Season two shows Barry trying to act on his resolution while simultaneously showing us more of what led him to become an assassin. In particular, we see an episode from his past that led to his partnership his equally hapless and manipulative handler, Fuches: in Afghanistan, Barry saw one of his marine friends get shot in the face, and Barry flew into a rage, killing an innocent man who he erroneously identified as the shooter. Barry is deeply ashamed of this murder, and it informs his resistance to being an assassin. He hates this part of himself, and is desperate to believe that he can change for the better, and that he can remake his life in the image of the person he wants to be.

As part of his efforts to change, he gets a job as a sales clerk at Lululemon, courtesy of one of his friends in his acting class, and despite the encroachment of people tied to his life as an assassin -- particularly Fuches, but also the delightful Chechen mobster Noho Hank -- he attempts to stick to his resolution not to kill anyone, even when it would be easier, more expedient, and more prudent for him to do so. When Barry is coerced by Fuches and Hank into assassination jobs, Barry goes through the motions of staging the hits, but each time, he backs off at the worst possible moment, alerting his targets to his presence and triggering their justified self-defenses. The results are often unexpected and hilarious, and create major headaches for Barry (particularly his decision not to kill an Olympic Taekwondo medalist, which yields the season's most explosively unpredictable episode). Yet all season long, Barry somehow manages to avoid killing anyone, and convinces himself that it is in fact possible for him to change into a better person.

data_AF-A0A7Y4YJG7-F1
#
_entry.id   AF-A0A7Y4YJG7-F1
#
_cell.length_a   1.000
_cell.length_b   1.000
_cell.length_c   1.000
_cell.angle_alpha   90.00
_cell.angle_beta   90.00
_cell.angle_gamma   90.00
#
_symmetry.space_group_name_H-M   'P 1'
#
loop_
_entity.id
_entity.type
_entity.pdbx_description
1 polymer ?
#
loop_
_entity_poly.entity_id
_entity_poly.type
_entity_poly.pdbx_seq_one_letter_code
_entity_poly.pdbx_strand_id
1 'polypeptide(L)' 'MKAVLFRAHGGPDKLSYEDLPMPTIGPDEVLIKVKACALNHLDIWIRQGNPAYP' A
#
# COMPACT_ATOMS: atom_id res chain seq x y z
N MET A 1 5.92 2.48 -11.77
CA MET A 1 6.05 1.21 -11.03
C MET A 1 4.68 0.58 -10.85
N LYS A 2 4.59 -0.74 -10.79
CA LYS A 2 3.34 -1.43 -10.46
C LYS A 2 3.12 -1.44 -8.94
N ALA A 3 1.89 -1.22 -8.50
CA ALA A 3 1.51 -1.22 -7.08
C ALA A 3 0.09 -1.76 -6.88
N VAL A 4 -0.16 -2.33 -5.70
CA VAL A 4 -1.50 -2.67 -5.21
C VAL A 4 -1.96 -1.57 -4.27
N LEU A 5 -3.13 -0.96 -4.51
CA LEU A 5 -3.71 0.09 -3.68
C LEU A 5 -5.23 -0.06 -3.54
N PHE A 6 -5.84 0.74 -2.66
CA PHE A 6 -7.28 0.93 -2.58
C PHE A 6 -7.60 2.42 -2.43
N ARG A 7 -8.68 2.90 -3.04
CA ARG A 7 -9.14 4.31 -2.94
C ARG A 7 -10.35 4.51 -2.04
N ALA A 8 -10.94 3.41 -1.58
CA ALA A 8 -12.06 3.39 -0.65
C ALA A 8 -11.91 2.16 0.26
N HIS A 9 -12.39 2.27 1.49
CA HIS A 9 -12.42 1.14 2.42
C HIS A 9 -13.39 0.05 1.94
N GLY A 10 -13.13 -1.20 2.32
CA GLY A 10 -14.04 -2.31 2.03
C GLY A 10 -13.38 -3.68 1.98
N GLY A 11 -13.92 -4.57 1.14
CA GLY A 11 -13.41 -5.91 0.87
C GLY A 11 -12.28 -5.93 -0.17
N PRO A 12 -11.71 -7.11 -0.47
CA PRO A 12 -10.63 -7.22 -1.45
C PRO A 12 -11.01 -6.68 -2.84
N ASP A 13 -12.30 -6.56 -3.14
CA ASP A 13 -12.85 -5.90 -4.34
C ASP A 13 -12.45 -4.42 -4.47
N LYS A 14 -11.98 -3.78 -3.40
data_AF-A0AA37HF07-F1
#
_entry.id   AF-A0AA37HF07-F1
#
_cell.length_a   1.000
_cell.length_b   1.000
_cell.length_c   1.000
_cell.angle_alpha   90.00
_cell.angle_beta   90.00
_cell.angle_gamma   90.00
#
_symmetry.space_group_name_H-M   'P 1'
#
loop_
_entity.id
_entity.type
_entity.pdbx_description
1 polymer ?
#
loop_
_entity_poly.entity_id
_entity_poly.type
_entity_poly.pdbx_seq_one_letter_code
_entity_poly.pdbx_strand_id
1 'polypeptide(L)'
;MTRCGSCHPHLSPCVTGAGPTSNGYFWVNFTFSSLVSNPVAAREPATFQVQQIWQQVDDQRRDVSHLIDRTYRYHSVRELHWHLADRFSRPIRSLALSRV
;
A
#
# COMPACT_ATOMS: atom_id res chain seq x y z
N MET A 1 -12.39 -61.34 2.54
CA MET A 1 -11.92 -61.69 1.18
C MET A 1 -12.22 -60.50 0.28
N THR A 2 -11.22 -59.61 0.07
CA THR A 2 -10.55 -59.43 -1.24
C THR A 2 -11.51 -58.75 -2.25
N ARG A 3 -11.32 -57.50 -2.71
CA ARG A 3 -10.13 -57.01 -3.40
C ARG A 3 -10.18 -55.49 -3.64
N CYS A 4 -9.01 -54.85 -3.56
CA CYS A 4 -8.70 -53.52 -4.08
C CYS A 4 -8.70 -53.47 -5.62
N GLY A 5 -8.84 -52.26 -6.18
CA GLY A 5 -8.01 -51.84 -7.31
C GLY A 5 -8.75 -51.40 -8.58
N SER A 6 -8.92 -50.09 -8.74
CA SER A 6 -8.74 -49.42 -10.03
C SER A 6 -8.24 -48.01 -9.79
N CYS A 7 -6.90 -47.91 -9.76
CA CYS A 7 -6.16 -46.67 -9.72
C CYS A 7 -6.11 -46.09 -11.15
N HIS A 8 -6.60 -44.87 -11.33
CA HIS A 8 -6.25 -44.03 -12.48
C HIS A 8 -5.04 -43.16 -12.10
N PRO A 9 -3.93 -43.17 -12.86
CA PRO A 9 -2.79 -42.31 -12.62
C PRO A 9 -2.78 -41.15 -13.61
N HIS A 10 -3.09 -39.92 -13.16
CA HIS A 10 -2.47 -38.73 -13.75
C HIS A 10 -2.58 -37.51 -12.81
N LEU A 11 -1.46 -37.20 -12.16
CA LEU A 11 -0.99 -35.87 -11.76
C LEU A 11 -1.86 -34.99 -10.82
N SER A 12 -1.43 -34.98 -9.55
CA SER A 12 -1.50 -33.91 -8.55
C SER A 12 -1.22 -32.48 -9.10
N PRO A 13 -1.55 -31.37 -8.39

That is, until the very end of the season finale. In the penultimate episode, Fuches, upset over Barry’s attempts to switch careers and resentful that Barry has found a new father figure in Gene, sabotages Barry by revealing the location of Janet’s body to both Gene and the police. Barry proves that he hasn’t actually changed when he repeats and magnifies the rage he flew into in Afghanistan: he storms into a Burmese monastery (actually a cartel stronghold) where Fuches has brokered peace between three rival gangs (the Burmese, the Bolivians, and the Chechens), and proceeds to murder them all indiscriminately while trying to kill Fuches. It’s as though all of the pent up killing Barry didn’t do throughout the season is unleashed here in a torrent of bullets and blood.